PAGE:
Four years ago, Cincinnati Music Hall had the dubious distinction of being placed on the National Trust for Historic Preservation’s “Endangered Historic Places” list.
A National Historical Landmark listed on the National Register of Historic Places, the Victorian Gothic structure, designed by architect Samuel Hannaford (1835–1911) and completed in 1878, takes up a full block across from Washington Park in the historic Over-the-Rhine neighborhood.
But while Washington Park and the neighborhood had seen extensive reinvestment in recent years, the pride of the Queen City had not undergone a serious refresh in half a century; nor was it ADA-accessible.
To reestablish the venue as a vibrant anchor in the city, Cincinnati Center City Development Corporation (3CDC) and key stakeholders (notably the Cincinnati Symphony Orchestra) developed a renovation strategy with nine goals. Key among them: restoring architectural integrity, improving accessibility, upgrading the Springer Auditorium to meet the technical requirements of the five in-house performance companies (Opera, Pops, Orchestra, Ballet, and May Festival), and connecting with the neighborhood—all to be done under the purview of the Ohio State Historic Preservation Office and the National Park Service.
Executing the plan would not be easy. What should have been a 24-month schedule was cut to 16. Nearly half the budget—$48 million of $102 million—was earmarked for obligatory infrastructure improvements. That left project architect Perfido Weiskopf Wagstaff + Goettel with no choice but to engage in “skillful triage” to identify the most critical elective improvements, based on the significance to the hall’s original design.
Spaces and elements that reinforced the hall’s “character” were repaired or restored. “Sympathetic detailing” was applied to areas deemed to have less significant architectural quality. “Found” spaces would be contemporary in their design and reconstruction.
Cincinnati Music Hall now has one of the world’s largest and best-equipped stages. Scenery and lighting are suspended from a 90-ton steel-grid framework. An extra orchestra pit allows the stage to be extended another 13 feet. Photo: Magnus Lindqvist/GLINTStudios.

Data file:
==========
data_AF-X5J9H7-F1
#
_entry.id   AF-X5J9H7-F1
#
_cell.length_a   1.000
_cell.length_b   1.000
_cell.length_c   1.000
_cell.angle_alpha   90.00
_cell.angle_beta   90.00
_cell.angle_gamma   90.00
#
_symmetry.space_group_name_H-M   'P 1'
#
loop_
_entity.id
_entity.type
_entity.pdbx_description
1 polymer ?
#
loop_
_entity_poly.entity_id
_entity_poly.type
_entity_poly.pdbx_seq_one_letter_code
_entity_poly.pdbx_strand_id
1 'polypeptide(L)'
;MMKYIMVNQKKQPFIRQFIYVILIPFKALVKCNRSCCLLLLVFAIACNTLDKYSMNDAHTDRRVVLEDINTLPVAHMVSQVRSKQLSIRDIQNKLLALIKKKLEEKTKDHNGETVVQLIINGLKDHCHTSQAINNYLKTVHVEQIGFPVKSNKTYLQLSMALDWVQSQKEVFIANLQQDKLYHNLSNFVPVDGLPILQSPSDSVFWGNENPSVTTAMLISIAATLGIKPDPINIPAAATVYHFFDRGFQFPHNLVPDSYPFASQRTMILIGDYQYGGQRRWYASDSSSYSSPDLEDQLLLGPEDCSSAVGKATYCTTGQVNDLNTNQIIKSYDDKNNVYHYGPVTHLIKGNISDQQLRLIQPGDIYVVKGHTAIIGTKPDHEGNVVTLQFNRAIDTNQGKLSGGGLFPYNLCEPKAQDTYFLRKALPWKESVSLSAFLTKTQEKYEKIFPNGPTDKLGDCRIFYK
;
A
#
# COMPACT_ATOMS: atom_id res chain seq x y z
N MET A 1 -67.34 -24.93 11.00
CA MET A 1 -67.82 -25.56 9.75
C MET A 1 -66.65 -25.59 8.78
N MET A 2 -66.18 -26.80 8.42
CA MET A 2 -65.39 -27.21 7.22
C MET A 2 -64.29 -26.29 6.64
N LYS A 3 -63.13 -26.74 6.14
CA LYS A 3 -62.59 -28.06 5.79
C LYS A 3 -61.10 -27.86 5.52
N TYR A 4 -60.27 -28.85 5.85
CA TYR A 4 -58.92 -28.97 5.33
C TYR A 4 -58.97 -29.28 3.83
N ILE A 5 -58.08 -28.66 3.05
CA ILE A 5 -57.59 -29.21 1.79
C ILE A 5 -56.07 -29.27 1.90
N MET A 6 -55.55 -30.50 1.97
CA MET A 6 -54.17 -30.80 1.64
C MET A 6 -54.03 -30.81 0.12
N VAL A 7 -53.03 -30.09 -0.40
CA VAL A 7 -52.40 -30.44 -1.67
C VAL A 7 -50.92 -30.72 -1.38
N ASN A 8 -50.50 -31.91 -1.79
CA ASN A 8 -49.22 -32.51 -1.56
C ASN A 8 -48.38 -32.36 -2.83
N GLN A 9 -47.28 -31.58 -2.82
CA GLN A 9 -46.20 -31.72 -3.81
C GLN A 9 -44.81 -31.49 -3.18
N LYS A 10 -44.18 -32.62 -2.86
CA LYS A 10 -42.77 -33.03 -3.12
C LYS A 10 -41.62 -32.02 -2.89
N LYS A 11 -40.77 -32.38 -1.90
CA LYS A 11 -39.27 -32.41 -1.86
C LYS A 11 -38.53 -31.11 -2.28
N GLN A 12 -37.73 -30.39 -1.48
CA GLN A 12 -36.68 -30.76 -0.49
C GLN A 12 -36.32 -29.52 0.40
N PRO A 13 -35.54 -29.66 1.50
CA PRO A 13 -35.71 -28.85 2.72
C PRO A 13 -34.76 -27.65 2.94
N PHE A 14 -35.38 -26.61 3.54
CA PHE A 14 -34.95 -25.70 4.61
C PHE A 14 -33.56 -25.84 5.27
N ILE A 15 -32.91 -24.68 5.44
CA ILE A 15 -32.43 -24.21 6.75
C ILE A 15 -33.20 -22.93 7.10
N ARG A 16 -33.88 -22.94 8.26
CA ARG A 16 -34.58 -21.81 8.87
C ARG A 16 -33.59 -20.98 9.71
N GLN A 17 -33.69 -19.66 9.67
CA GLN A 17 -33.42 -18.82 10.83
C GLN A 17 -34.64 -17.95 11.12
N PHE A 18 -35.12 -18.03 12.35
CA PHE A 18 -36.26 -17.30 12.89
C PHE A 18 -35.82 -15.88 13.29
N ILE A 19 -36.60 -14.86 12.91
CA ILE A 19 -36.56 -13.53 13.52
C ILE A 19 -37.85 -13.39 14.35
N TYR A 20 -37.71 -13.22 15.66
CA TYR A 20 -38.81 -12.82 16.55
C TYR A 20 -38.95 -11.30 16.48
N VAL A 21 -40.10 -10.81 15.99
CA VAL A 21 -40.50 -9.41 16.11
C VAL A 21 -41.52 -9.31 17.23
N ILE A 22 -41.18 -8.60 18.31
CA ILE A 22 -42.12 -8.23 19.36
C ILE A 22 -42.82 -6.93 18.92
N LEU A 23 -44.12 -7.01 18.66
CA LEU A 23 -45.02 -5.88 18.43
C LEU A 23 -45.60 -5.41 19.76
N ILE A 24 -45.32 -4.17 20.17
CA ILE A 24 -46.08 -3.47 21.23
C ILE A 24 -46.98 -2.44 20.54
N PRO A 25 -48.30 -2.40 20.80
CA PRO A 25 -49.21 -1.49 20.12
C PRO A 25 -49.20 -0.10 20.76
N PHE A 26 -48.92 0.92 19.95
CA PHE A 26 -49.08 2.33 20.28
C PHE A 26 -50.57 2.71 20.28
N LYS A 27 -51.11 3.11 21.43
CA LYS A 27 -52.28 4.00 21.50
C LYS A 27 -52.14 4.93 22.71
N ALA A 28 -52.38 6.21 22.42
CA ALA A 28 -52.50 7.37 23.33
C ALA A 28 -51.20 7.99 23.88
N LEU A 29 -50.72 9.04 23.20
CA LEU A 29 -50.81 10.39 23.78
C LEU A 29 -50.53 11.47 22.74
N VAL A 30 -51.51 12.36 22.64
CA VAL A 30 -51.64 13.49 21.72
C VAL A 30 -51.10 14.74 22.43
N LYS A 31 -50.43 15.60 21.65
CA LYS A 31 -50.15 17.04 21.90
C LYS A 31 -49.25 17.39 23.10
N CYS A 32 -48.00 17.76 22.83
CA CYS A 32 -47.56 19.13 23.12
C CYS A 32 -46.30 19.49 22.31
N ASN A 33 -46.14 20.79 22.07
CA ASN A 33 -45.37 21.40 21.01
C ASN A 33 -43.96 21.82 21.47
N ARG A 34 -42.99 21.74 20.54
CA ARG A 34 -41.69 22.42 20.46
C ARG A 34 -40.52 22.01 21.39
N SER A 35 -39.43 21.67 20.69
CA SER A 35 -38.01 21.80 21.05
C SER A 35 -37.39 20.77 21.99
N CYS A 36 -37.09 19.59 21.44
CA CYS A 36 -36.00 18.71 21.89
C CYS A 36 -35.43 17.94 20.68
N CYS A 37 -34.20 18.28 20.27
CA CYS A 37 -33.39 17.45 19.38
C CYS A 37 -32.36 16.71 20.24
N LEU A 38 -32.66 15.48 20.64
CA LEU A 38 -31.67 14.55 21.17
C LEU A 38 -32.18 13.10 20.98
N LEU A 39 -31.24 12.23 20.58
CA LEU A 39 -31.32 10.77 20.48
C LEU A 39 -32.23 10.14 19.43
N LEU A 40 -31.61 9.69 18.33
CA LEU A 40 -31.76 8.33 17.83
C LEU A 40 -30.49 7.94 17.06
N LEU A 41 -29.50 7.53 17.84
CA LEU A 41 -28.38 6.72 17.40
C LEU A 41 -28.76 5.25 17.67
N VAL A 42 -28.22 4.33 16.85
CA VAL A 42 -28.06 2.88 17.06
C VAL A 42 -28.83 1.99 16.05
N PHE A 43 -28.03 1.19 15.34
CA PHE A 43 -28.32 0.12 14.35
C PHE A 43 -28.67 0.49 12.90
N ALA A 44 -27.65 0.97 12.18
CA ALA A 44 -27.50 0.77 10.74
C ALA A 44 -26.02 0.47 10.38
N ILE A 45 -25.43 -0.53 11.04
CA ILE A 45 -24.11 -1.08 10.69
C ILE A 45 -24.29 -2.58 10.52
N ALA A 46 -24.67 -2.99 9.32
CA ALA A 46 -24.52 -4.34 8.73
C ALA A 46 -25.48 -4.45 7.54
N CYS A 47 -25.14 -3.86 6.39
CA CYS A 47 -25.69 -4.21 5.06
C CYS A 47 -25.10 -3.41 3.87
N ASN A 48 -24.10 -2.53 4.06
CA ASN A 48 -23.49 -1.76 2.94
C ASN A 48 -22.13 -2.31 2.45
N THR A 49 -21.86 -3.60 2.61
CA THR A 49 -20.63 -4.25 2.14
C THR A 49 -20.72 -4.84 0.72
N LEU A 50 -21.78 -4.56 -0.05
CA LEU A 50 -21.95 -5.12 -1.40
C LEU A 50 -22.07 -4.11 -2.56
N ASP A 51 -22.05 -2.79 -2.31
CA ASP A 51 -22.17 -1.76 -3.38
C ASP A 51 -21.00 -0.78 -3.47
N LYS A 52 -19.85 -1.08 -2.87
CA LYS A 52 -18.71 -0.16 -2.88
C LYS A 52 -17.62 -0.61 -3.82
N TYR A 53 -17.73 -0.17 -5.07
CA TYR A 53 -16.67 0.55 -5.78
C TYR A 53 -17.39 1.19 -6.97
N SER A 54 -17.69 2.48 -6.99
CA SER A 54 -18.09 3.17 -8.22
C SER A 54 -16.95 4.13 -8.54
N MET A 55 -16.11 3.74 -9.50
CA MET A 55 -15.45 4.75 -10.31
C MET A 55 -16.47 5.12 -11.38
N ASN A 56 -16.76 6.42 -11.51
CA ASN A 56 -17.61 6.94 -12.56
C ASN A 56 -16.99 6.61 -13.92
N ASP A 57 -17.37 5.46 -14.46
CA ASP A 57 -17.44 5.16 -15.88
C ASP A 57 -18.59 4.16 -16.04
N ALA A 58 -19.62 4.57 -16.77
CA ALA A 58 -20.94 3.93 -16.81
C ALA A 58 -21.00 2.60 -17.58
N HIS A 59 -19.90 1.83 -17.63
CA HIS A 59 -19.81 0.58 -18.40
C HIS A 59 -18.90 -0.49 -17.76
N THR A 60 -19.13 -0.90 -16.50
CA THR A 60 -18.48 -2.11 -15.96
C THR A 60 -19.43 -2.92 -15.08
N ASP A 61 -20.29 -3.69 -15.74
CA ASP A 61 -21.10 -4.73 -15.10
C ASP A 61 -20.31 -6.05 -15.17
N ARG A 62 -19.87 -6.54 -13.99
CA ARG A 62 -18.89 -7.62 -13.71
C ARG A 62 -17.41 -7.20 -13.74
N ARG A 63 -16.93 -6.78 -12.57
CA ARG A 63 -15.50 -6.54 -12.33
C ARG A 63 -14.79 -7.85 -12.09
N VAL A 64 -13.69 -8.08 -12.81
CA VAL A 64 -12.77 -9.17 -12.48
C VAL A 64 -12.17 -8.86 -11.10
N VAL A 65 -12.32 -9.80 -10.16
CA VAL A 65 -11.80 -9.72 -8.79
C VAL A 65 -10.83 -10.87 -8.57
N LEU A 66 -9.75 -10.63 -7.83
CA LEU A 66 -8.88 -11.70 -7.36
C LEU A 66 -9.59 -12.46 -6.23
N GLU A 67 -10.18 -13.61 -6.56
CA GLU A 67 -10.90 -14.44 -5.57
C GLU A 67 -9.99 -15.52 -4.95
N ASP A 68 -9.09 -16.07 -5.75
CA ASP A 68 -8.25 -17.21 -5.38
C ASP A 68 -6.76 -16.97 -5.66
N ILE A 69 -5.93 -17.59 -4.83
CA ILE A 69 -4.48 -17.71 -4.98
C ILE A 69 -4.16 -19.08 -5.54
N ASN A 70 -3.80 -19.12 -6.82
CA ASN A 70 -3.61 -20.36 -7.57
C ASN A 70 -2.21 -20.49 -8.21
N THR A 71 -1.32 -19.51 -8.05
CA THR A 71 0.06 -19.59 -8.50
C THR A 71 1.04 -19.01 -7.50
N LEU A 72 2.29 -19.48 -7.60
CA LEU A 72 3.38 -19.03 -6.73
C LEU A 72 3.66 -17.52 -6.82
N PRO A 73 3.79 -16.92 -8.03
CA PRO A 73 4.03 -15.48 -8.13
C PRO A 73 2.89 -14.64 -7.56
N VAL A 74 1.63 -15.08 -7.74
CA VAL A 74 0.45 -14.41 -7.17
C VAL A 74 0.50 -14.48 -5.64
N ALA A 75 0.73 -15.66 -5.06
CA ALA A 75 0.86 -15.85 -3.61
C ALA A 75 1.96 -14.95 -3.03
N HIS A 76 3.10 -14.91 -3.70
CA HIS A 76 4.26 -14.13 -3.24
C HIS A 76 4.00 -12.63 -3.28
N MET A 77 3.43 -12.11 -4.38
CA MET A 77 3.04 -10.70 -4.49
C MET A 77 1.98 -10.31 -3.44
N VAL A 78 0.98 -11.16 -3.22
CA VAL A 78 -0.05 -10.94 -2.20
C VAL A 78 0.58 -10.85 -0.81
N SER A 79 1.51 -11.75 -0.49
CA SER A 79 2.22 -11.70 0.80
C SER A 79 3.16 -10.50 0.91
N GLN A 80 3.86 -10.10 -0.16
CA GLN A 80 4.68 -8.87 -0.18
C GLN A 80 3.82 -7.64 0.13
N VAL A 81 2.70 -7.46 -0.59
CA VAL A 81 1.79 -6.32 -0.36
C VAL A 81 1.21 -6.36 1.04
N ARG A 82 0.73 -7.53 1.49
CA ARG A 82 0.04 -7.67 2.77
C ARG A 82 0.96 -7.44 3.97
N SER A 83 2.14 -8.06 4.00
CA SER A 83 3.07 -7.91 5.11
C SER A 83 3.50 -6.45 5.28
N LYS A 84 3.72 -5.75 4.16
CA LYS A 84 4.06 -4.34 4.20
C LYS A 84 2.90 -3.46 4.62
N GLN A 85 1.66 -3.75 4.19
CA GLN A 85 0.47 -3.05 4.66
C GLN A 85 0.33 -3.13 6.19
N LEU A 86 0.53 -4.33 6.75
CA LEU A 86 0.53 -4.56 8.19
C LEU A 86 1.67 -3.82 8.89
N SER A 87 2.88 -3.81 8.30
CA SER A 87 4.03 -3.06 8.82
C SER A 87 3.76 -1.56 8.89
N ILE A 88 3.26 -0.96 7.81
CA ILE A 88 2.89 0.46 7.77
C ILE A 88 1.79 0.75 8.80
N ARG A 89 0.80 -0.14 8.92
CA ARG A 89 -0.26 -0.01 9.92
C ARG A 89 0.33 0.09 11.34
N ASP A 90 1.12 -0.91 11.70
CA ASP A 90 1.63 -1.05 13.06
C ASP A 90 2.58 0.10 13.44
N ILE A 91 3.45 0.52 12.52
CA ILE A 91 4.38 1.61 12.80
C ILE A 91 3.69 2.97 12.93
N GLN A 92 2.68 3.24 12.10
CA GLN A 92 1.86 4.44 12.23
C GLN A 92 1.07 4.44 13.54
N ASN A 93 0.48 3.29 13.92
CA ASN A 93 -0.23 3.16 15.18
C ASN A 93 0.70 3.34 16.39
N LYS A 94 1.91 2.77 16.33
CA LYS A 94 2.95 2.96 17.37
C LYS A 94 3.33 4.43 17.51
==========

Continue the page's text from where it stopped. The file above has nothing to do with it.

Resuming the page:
MERGING PAST AND PRESENT
The most essential restoration went to the façade, many of whose windows had been bricked over. Window manufacturer Marvin Architectural custom constructed 90 of the 103 windows on the main façade. The project team restored the polychromic brick design, whose black detailing had been all but wiped out by sandblasting.
Three arched transom windows below an iconic rose window at the front of the hall were restored, based on a single photo from the 1950s. A nonhistoric canopy was removed, creating an ADA-accessible entrance.
Aluminum and glass doors and partitions that had separated the North and South halls from the double-height Grand Foyer were removed, as were character-defining balconies, railings, supporting columns, and marble flooring. New torchiere lamps that highlight the foyer’s coffered ceiling were added. EverGreene Architectural Arts applied a new paint scheme.
The main event space, Corbett Tower, underwent “the purest and most dramatic architecturally restorative part of the project,” according to PWWG. The tower’s faux walls and a flat lay-in acoustical ceiling were demolished, revealing 14 feet of coved ceiling and bringing the room to its original 30-foot height. Extensive AV capability and a bar were added to allow for social events.